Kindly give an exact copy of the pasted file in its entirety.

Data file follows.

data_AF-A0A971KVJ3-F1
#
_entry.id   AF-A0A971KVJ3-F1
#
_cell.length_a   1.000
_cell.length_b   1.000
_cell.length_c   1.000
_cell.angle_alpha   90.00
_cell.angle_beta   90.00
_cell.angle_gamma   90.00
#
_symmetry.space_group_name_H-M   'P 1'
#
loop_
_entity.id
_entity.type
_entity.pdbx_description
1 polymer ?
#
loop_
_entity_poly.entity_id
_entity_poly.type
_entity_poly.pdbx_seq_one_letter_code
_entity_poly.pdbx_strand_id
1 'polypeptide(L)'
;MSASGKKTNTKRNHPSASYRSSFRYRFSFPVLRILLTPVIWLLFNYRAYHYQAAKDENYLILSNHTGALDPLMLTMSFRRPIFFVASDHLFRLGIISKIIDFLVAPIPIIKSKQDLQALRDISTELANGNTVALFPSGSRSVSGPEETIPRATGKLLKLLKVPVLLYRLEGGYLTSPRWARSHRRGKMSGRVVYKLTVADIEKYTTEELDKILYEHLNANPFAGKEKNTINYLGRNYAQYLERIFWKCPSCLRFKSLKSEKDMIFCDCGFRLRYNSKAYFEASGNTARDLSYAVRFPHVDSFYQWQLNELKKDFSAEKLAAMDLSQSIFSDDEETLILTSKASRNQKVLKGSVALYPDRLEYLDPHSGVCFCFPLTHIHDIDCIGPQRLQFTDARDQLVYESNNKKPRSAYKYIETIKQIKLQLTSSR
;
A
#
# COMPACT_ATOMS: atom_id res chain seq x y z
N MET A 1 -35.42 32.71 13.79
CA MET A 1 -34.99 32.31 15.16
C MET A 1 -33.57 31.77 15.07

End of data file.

data_AF-A0A971KVJ3-F1
#
_entry.id   AF-A0A971KVJ3-F1
#
_cell.length_a   1.000
_cell.length_b   1.000
_cell.length_c   1.000
_cell.angle_alpha   90.00
_cell.angle_beta   90.00
_cell.angle_gamma   90.00
#
_symmetry.space_group_name_H-M   'P 1'
#
loop_
_entity.id
_entity.type
_entity.pdbx_description
1 polymer ?
#
loop_
_entity_poly.entity_id
_entity_poly.type
_entity_poly.pdbx_seq_one_letter_code
_entity_poly.pdbx_strand_id
1 'polypeptide(L)'
;MSASGKKTNTKRNHPSASYRSSFRYRFSFPVLRILLTPVIWLLFNYRAYHYQAAKDENYLILSNHTGALDPLMLTMSFRRPIFFVASDHLFRLGIISKIIDFLVAPIPIIKSKQDLQALRDISTELANGNTVALFPSGSRSVSGPEETIPRATGKLLKLLKVPVLLYRLEGGYLTSPRWARSHRRGKMSGRVVYKLTVADIEKYTTEELDKILYEHLNANPFAGKEKNTINYLGRNYAQYLERIFWKCPSCLRFKSLKSEKDMIFCDCGFRLRYNSKAYFEASGNTARDLSYAVRFPHVDSFYQWQLNELKKDFSAEKLAAMDLSQSIFSDDEETLILTSKASRNQKVLKGSVALYPDRLEYLDPHSGVCFCFPLTHIHDIDCIGPQRLQFTDARDQLVYESNNKKPRSAYKYIETIKQIKLQLTSSR
;
A
#
# COMPACT_ATOMS: atom_id res chain seq x y z
N MET A 1 -35.42 32.71 13.79
CA MET A 1 -34.99 32.31 15.16
C MET A 1 -33.57 31.77 15.07